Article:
This is a well-written post, Martin, with a poignant story about Epee. I hope you’re able to locate her and apologize for your part in what happened. I applaud your call for each of us to do what we can—not only to avoid being racist but to be proactively anti-racist as wish you would have done all those years ago. That said, I don’t think your experience, one with an innocent victim and clearly culpable perpetrator (your friend) is a useful analogy for what is currently going on in the US. It is not Nazis and Jews. It is Israelis and Palestinians, with both sides blaming the other and refusing to acknowledge their own role in creating the current climate. In both cases, one side has a huge advantage in terms of wealth and power, yet there is blame to go around.

    I believe that in order to address what is an intractable problem, both sides have to be willing to have an honest conversation. Right now—at least in the US—I’m not sure this is even possible. Today, I viewed a conversation between two celebrities who both happen to be from my alma mater, Matthew Mcconaughey (white actor) and Emmanuel Acho (black American football player). As I’ve seen more than once, Acho places the blame for racism on slavery in the US. I have no doubt there is truth to this. But there isn’t just one cause of racism. Acho goes on to say this:

    [As a white man] “You have to acknowledge that you’ll see a black man and for whatever reason, you will view them more of a threat than you will a white man. Probably because society told you to.”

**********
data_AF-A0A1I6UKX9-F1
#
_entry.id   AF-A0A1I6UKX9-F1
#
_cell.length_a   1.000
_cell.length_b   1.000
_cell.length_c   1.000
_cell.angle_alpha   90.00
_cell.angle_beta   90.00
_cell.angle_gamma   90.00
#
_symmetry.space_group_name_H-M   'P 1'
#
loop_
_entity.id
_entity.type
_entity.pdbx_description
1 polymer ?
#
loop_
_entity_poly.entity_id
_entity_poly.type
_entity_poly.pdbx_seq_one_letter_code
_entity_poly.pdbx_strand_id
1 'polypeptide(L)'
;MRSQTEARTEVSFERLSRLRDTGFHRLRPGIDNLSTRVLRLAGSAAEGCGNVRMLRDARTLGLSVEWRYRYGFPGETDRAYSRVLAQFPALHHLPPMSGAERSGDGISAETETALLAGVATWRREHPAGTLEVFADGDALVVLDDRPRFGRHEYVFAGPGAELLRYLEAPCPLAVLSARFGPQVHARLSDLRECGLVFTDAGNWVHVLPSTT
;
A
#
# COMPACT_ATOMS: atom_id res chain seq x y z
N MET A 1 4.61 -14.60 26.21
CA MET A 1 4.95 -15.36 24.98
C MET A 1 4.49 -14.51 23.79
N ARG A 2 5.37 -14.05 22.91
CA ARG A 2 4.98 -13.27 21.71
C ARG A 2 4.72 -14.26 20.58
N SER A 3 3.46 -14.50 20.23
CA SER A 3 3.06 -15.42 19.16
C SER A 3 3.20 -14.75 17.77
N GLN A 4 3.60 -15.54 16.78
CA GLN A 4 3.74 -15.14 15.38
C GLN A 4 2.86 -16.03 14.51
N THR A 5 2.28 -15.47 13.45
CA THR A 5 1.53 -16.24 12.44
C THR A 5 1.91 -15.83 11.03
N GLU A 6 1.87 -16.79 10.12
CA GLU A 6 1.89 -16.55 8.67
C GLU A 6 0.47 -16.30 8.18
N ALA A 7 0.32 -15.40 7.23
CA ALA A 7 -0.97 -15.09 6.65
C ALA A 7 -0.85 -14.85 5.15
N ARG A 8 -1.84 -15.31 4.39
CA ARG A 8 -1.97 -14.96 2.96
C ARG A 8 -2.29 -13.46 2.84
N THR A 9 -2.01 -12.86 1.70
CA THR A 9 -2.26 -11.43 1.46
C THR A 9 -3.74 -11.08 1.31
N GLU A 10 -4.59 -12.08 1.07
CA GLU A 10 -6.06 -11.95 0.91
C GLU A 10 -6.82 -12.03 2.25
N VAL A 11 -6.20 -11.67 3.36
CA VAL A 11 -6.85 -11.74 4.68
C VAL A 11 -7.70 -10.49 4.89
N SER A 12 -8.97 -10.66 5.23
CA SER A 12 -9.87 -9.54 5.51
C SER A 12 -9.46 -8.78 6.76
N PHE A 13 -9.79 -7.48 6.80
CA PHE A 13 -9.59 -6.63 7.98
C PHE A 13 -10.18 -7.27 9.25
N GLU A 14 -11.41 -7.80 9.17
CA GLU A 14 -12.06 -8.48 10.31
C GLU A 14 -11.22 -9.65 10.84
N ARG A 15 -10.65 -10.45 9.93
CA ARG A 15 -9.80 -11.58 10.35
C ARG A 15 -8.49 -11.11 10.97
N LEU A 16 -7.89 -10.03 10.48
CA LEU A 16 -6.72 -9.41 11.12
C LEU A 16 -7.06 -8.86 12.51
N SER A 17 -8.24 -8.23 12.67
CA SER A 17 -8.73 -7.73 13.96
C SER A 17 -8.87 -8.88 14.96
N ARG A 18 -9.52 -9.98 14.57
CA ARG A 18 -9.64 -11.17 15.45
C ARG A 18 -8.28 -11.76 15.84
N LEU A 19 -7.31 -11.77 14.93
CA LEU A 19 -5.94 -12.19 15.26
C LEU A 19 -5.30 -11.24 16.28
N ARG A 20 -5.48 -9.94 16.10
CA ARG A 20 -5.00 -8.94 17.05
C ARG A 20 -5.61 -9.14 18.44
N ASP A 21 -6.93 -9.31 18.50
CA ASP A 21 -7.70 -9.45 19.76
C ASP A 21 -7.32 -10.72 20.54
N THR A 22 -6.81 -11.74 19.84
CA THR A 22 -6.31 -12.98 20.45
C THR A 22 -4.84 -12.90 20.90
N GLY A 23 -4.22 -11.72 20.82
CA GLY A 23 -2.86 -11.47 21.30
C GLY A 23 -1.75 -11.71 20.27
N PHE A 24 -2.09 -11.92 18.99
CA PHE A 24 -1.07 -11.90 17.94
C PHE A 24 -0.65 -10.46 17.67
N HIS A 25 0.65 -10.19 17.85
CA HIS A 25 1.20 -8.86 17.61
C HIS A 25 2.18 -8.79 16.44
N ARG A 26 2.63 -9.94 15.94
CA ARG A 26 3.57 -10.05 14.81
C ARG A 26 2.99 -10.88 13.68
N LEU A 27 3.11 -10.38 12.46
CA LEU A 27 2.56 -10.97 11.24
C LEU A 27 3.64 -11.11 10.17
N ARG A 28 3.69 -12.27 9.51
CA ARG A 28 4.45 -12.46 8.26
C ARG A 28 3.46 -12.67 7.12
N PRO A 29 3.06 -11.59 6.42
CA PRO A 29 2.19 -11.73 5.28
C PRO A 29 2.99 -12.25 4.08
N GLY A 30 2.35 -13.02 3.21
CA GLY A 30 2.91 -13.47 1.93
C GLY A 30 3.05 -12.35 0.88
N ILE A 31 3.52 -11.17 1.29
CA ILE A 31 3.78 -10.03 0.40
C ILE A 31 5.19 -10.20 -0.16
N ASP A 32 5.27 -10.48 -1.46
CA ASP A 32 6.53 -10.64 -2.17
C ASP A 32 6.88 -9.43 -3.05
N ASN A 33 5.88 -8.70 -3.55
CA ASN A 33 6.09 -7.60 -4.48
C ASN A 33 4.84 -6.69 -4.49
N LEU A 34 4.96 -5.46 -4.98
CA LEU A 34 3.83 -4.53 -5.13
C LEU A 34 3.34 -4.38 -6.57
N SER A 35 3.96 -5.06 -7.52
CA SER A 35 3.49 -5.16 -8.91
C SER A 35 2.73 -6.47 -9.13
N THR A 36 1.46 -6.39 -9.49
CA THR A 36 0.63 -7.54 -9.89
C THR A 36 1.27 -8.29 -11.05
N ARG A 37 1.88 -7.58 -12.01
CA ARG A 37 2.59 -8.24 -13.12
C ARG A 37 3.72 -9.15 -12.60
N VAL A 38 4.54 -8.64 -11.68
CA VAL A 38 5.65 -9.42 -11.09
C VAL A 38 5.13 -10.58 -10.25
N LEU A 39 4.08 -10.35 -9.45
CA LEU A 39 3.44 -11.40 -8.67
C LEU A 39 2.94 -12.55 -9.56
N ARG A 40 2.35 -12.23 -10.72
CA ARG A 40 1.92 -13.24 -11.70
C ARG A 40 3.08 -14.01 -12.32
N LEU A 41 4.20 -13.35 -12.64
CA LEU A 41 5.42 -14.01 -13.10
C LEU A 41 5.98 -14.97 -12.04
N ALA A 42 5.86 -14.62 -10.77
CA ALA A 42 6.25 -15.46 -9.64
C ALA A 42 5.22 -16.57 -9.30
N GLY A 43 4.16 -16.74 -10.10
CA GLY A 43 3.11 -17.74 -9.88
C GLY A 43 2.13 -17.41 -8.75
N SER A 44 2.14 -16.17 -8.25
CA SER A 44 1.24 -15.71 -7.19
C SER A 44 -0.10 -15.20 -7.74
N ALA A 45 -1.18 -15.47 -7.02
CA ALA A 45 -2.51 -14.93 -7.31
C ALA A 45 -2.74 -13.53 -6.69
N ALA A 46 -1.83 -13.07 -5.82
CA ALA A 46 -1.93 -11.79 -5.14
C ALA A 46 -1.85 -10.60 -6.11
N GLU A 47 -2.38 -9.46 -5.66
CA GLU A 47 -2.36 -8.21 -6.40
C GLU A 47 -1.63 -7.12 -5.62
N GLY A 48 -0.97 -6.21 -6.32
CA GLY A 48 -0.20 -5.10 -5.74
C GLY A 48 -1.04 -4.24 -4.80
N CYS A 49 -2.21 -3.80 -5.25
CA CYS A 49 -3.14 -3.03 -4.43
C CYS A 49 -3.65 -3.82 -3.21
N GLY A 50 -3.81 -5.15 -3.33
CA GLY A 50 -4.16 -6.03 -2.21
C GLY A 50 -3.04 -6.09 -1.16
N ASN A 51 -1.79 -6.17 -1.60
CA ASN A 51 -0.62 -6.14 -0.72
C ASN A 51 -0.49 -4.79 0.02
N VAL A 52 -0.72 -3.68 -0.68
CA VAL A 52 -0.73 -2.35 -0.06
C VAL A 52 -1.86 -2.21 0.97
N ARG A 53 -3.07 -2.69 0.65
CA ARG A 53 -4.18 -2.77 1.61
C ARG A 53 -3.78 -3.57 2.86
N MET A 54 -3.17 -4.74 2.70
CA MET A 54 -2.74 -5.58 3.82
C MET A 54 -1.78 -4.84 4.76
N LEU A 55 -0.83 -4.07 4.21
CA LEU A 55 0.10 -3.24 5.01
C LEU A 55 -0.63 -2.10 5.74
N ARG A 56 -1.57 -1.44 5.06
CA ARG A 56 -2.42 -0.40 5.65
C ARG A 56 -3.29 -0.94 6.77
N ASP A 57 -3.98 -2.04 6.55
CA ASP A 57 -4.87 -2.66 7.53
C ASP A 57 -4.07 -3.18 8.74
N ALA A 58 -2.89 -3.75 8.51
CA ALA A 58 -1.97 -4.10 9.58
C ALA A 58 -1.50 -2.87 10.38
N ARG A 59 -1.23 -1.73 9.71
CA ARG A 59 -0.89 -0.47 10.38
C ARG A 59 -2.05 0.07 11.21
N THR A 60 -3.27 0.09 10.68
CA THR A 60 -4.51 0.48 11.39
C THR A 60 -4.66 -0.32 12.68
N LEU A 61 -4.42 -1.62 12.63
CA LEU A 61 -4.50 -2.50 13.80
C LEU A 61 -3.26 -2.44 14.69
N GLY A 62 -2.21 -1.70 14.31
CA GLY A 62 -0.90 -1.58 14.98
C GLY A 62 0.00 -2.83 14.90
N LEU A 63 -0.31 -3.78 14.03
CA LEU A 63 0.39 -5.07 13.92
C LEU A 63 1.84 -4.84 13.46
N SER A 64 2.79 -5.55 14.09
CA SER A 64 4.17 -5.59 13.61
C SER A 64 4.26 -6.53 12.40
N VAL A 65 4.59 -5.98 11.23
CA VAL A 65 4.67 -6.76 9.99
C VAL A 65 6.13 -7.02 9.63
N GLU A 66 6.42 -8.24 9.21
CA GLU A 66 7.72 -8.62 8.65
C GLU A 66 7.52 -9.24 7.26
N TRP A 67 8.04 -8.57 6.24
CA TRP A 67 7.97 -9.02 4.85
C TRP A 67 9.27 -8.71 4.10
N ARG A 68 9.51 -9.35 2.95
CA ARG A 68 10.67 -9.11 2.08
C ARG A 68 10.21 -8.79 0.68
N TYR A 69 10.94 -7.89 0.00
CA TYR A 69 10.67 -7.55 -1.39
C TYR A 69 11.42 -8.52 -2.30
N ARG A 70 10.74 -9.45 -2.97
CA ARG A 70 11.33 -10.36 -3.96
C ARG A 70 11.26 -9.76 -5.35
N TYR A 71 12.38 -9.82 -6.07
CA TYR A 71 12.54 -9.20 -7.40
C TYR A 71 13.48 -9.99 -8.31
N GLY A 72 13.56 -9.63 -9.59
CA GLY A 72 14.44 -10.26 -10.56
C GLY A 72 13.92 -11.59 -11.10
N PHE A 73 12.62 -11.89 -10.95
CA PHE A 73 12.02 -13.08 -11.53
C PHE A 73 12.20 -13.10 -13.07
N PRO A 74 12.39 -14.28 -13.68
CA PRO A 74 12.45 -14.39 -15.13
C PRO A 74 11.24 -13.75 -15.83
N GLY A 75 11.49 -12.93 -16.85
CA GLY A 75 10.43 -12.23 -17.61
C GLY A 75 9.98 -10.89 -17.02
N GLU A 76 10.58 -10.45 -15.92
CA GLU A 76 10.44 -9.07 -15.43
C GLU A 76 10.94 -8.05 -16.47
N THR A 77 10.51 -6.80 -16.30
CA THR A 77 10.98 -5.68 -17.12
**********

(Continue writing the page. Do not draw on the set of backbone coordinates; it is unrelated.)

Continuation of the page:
What Mcconaughey didn’t say (and, in the current climate, couldn’t say), is that, statistically, a black man actually is more of a threat. If it is true—and I’ve yet to see anyone claim that it isn’t—that 6% of the US population, black males, account for 44% of violent crime, then there is little hope that any amount of multi-million dollar donations, policy reforms, or shiny corporate campaigns will change the patrolman’s attitudes toward black males until that changes.

    None of this is to deny that black Americans have many legitimate grievances that deserve to be addressed. The relationship between black males and police departments is just one facet of a hugely complex challenge. I wish it were as simple as a black kid and a white kid hugging it out.

    • Martin Bailey
      Posted at 14:47h, 15 June Reply

      Hi Tim,

      Thanks for the thoughtful and, as usual, well-written comment.

      While I know you are right, I think it has to be brought into consideration that the reason for those statistics is the racism and inequality that we’re talking about. If you hold a person down, and withhold opportunities from them, then something has to give. It may take decades to work this out, but if we can truly start to treat everybody equally, then these statistics will improve. And, if we were to assume that there is only a certain amount of wealth to go around, we’d probably see these statistics swing the other way a little as well.


  • B James